What explains the attractiveness of senior strategies in the lower mid-market?
The first element is the sheer size of the market. We look at companies with EBITDA of €5 million to €20 million and that is clearly the largest segment of the market in Europe. Visibility of deals is very significant. You are in a position to be selective and to build a well-diversified portfolio.
The return potential is also strong. In the lower mid-market there are only two traditional liquidity options for sponsorless companies – bank finance, which is standardised and constrained, or private equity companies, which want majority control. In between the two, you have direct lenders that can offer bespoke solutions with more flexibility than the banks and without the need to take majority control. When it comes to returns, you are paid for the flexibility you can offer as you are the only alternative to the traditional sources of capital.
From a risk point of view this part of the market is favourable because the banks are the reference source of capital and they still require full covenant packages and have a traditional definition of EBITDA.
How does the upper and mid-cap end of the market compare and contrast with the lower mid-market?
I think the first element to consider is how the markets are structured. In the larger and mid-markets, opportunities generally come through intermediation networks and differentiating yourself is very difficult. On top of that, at the larger end it’s more competitive, there is less alpha and the risk-adjusted return is lower. There is a lot of capital coming from direct lending but also from CLOs, the high-yield market and banks.
It’s also the case that the reference lenders at the upper end of the market are investment banks rather than the traditional lenders and they will normally syndicate. They are not obliged to have full covenant packages and will take judgments on how to calculate EBITDA figures. Loose legal documents are more commonly found at the higher end of the market.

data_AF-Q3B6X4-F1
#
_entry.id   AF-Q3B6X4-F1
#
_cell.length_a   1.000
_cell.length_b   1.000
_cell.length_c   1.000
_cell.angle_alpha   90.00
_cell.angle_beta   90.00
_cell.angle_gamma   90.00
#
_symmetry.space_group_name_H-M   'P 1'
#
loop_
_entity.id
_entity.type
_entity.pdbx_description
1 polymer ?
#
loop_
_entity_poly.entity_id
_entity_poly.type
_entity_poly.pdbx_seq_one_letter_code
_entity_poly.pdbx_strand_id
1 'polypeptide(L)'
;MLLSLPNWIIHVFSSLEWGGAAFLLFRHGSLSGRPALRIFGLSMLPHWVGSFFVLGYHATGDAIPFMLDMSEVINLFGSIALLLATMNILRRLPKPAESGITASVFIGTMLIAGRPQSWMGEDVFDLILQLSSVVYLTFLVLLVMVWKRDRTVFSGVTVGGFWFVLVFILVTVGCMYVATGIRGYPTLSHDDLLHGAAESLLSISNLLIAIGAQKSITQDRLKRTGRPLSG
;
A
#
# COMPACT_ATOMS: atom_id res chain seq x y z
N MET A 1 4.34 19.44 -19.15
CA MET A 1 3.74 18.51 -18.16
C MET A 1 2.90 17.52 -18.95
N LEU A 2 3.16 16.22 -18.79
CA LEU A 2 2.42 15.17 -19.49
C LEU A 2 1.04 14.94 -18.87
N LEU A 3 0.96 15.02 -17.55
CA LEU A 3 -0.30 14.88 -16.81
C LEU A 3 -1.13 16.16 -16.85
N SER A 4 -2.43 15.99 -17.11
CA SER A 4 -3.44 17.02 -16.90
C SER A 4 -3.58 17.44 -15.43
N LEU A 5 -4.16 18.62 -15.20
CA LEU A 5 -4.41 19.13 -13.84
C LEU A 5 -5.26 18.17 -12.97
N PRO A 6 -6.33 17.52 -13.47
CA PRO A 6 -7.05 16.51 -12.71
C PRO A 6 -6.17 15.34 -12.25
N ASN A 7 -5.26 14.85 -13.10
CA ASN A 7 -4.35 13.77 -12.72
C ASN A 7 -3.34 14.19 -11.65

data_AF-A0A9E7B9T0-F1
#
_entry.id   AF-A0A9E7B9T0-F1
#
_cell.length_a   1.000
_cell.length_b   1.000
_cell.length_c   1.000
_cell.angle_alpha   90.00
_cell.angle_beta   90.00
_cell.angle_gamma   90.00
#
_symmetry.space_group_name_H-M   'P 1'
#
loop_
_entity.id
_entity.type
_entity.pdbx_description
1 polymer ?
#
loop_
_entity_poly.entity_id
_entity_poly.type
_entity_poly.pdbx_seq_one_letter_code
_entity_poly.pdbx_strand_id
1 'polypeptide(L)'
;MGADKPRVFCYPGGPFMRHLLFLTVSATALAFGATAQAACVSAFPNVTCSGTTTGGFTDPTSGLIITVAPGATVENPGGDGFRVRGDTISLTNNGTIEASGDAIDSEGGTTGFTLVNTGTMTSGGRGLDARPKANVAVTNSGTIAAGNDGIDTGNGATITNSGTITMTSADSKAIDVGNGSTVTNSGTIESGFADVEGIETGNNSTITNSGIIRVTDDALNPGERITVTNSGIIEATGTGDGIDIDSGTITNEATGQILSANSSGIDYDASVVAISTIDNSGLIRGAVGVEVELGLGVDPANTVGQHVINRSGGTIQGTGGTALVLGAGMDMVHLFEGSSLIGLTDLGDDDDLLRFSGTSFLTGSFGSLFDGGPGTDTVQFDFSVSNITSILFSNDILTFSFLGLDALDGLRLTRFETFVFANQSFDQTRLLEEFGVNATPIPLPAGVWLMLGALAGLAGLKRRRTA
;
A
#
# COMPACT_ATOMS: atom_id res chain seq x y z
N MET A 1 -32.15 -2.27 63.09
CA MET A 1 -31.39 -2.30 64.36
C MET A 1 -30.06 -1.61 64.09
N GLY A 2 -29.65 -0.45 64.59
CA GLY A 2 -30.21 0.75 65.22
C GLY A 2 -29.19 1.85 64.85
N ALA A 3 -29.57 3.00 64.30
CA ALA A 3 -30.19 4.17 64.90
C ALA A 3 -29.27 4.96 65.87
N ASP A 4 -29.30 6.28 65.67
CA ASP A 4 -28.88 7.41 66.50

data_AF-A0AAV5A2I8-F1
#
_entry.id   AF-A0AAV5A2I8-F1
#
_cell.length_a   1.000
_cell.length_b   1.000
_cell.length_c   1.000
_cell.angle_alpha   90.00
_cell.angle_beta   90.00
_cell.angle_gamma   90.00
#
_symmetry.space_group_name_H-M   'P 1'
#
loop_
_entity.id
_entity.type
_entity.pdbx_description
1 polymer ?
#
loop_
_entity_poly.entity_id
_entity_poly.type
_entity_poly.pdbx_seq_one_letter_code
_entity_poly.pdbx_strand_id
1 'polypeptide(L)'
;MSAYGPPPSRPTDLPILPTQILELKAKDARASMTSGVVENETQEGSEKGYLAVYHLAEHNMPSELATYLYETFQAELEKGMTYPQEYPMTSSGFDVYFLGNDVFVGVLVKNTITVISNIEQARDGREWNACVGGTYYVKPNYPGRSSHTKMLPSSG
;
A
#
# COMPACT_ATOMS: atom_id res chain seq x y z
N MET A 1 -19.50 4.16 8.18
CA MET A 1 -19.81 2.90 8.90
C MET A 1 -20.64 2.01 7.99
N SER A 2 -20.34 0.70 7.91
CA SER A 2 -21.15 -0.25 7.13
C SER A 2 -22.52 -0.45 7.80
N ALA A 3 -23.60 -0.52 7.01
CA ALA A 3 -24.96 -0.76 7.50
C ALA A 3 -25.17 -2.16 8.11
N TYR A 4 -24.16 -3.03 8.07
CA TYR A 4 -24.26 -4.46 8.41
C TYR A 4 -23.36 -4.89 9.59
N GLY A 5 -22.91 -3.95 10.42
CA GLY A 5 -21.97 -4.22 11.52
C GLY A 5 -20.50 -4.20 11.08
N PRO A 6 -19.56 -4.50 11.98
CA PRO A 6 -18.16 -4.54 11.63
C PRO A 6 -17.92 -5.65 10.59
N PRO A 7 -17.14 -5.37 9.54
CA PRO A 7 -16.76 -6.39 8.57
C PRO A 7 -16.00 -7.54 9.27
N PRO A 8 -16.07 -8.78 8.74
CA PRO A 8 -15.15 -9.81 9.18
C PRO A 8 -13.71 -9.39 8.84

The high-yield and CLO players have increasingly moved into the mid-market and in the US you even find looser terms at the lower end. But Europe is still mainly reliant on the banks, so you don’t feel the pinch as much. At the lower end, companies can be less stable and the argument is made that this makes them riskier. But because it’s a less intermediated and diverse universe, you can apply selectivity in building your portfolio and that allows you to deviate from the average.
By using that selectivity, you can compensate for a slightly higher loss rate. According to Fitch, the recovery rate of defaulted deals in the US is around 66 percent in covenanted deals and 54 percent in covenant-lite deals where you only learn about the problem when capital is urgently needed. There are a bunch of deals with CLO investors where no one is in a position to take active ownership of any problem and implement a solution. So the larger end may have more stable companies but the recovery rate is typically lower.
How is it possible to build an effective deal sourcing network to cover the smaller end?